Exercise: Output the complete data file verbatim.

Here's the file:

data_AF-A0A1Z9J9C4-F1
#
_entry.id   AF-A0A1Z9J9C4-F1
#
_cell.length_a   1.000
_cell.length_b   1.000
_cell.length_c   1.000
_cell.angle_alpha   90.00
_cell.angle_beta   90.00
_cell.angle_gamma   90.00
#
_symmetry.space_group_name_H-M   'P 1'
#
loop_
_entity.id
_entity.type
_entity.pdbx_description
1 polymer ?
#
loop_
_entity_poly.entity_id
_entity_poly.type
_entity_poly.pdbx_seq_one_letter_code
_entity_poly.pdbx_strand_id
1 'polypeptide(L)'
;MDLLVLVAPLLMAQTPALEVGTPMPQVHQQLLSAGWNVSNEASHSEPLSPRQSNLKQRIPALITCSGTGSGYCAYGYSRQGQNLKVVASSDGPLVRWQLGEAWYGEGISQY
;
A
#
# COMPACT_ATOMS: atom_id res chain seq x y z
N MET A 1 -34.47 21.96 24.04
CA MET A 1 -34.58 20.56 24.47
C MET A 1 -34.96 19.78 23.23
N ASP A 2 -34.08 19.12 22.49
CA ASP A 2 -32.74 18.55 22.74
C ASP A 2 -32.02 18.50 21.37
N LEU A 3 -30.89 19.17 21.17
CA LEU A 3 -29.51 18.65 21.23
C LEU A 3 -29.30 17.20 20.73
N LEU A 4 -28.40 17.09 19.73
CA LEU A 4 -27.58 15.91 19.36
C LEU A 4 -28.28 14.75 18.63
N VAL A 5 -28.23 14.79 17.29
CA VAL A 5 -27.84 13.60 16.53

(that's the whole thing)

data_AF-A0A1Z9J9C4-F1
#
_entry.id   AF-A0A1Z9J9C4-F1
#
_cell.length_a   1.000
_cell.length_b   1.000
_cell.length_c   1.000
_cell.angle_alpha   90.00
_cell.angle_beta   90.00
_cell.angle_gamma   90.00
#
_symmetry.space_group_name_H-M   'P 1'
#
loop_
_entity.id
_entity.type
_entity.pdbx_description
1 polymer ?
#
loop_
_entity_poly.entity_id
_entity_poly.type
_entity_poly.pdbx_seq_one_letter_code
_entity_poly.pdbx_strand_id
1 'polypeptide(L)'
;MDLLVLVAPLLMAQTPALEVGTPMPQVHQQLLSAGWNVSNEASHSEPLSPRQSNLKQRIPALITCSGTGSGYCAYGYSRQGQNLKVVASSDGPLVRWQLGEAWYGEGISQY
;
A
#
# COMPACT_ATOMS: atom_id res chain seq x y z
N MET A 1 -34.47 21.96 24.04
CA MET A 1 -34.58 20.56 24.47
C MET A 1 -34.96 19.78 23.23
N ASP A 2 -34.08 19.12 22.49
CA ASP A 2 -32.74 18.55 22.74
C ASP A 2 -32.02 18.50 21.37
N LEU A 3 -30.89 19.17 21.17
CA LEU A 3 -29.51 18.65 21.23
C LEU A 3 -29.30 17.20 20.73
N LEU A 4 -28.40 17.09 19.73
CA LEU A 4 -27.58 15.91 19.36
C LEU A 4 -28.28 14.75 18.63
N VAL A 5 -28.23 14.79 17.29
CA VAL A 5 -27.84 13.60 16.53